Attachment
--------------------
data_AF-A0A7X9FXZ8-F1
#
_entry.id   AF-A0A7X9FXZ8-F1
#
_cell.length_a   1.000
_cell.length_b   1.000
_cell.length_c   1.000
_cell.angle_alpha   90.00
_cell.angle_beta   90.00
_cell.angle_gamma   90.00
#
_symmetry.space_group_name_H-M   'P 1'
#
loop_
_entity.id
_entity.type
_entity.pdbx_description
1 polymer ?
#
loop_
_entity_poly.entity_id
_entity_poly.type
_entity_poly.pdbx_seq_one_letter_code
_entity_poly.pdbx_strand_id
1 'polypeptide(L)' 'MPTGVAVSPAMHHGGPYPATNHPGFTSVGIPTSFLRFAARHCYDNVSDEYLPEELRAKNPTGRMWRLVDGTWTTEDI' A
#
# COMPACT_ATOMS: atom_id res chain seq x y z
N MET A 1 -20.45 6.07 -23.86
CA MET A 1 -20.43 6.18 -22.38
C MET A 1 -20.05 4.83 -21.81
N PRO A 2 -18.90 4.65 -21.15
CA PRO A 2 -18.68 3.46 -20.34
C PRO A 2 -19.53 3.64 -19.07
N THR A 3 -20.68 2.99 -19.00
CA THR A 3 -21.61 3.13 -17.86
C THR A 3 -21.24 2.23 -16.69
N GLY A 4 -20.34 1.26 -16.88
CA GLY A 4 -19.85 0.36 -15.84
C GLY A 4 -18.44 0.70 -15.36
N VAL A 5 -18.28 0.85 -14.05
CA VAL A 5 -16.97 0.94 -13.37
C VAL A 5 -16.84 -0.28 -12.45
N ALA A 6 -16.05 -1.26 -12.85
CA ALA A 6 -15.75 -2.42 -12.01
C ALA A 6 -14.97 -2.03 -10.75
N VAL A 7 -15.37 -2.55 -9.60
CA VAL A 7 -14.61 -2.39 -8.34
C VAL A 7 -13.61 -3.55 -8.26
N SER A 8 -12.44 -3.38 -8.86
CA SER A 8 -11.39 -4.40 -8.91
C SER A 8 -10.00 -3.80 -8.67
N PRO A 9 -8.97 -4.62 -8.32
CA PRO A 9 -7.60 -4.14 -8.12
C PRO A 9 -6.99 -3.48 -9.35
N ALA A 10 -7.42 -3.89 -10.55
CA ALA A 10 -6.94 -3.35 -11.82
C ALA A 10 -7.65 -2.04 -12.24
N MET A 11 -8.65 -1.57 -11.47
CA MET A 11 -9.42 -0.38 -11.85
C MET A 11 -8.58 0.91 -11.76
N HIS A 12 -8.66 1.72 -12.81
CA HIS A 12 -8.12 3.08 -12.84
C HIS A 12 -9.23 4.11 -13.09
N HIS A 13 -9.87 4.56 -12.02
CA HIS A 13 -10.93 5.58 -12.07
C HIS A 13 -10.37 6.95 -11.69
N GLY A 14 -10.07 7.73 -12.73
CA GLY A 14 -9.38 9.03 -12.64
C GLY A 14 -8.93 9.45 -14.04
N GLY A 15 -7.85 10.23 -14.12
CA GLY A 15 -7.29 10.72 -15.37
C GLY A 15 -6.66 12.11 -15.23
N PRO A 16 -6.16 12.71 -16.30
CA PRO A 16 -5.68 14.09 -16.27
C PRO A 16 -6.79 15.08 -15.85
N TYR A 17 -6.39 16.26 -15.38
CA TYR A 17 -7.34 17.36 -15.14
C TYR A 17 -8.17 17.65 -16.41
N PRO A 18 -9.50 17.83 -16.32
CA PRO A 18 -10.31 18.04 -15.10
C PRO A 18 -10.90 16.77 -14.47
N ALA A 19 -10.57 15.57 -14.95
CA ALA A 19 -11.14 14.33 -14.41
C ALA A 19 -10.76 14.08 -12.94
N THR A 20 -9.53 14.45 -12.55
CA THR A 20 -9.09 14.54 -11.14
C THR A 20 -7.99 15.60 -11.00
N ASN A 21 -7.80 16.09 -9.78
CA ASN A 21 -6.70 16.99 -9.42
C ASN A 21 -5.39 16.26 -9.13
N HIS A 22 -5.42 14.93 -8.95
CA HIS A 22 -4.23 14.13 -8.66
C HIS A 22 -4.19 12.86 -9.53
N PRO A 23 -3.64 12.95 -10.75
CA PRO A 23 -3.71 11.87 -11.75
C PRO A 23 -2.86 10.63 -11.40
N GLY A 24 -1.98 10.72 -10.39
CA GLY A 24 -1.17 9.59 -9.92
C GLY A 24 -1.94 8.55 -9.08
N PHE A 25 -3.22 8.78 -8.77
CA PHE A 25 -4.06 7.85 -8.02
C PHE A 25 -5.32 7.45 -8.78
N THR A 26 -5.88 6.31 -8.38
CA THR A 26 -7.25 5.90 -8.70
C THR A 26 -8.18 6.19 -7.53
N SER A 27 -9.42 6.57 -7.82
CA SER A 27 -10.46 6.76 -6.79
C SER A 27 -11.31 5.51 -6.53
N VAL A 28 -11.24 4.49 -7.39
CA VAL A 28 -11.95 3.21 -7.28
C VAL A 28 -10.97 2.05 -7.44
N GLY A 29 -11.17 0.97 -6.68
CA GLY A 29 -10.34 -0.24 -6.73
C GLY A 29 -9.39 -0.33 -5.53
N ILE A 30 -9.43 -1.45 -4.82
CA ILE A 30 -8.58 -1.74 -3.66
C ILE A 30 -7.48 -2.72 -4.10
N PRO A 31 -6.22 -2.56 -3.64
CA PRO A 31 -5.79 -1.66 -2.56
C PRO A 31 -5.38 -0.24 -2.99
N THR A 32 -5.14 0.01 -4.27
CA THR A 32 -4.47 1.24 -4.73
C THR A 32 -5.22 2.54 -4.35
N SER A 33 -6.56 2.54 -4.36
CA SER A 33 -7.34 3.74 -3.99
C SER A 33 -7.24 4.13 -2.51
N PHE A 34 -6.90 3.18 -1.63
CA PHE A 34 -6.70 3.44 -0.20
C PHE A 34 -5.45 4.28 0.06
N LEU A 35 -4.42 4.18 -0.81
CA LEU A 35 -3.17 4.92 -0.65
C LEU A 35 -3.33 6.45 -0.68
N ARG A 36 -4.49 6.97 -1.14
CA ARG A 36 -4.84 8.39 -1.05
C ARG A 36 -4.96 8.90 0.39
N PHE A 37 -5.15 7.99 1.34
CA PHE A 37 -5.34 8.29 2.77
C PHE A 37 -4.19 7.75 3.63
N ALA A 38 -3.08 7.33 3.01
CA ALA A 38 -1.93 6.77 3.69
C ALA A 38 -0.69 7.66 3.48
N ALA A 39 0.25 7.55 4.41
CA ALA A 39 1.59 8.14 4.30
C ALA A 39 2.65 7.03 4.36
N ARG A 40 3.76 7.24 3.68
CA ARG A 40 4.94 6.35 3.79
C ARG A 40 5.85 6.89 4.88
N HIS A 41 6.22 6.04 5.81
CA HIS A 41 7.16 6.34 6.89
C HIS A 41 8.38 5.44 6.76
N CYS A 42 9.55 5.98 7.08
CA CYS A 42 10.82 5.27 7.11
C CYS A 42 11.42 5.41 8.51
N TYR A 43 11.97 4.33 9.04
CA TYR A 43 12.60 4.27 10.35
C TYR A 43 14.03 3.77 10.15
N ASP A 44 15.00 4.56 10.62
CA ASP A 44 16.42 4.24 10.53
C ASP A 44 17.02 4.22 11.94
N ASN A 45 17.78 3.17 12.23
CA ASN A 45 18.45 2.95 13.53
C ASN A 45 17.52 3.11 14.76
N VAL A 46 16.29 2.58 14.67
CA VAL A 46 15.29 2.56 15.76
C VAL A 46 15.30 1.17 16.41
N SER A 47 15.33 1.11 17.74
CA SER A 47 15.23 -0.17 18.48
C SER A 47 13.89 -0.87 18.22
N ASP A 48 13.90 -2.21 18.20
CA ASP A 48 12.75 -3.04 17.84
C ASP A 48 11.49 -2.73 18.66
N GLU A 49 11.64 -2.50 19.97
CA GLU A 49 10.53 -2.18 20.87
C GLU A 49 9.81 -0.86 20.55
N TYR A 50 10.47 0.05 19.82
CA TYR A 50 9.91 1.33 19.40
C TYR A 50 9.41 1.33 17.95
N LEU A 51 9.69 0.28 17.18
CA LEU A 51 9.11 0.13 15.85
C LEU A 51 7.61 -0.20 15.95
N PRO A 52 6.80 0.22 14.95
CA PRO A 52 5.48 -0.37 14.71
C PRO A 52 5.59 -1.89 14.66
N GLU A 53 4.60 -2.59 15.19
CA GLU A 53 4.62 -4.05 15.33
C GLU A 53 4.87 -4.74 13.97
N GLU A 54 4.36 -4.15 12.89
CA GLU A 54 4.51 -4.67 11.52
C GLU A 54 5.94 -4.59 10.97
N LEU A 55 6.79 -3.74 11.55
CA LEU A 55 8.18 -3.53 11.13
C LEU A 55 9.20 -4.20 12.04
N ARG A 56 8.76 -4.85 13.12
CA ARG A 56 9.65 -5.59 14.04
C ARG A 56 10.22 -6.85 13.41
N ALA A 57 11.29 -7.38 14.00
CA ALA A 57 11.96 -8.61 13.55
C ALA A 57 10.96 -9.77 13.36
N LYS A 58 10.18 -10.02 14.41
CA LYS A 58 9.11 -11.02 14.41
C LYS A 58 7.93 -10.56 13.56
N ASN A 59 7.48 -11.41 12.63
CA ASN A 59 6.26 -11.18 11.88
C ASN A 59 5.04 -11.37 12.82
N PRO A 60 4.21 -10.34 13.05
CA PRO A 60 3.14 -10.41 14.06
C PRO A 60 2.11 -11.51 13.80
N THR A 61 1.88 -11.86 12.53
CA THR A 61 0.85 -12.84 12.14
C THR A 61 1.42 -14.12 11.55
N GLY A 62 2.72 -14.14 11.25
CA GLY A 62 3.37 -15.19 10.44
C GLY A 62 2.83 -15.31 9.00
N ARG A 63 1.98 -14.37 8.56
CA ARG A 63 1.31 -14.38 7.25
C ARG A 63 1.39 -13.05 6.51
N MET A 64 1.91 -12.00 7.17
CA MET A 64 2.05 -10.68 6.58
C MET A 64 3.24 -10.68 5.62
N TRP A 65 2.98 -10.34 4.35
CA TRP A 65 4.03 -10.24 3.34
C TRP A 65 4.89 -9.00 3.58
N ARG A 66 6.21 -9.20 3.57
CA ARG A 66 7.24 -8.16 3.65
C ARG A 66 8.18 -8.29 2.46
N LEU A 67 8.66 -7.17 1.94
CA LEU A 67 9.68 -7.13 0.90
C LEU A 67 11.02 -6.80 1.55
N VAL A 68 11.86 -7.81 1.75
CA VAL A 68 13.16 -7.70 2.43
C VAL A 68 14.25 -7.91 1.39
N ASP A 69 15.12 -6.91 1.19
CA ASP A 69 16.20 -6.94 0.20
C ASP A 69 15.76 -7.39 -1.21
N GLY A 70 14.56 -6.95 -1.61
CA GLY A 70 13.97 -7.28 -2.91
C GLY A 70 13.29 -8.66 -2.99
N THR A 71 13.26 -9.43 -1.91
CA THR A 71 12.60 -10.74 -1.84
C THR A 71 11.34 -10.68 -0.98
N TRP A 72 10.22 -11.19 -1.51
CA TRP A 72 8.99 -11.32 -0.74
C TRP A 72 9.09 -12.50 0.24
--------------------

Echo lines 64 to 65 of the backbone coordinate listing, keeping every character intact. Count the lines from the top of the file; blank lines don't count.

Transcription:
N HIS A 13 -9.87 4.56 -12.02
CA HIS A 13 -10.93 5.58 -12.07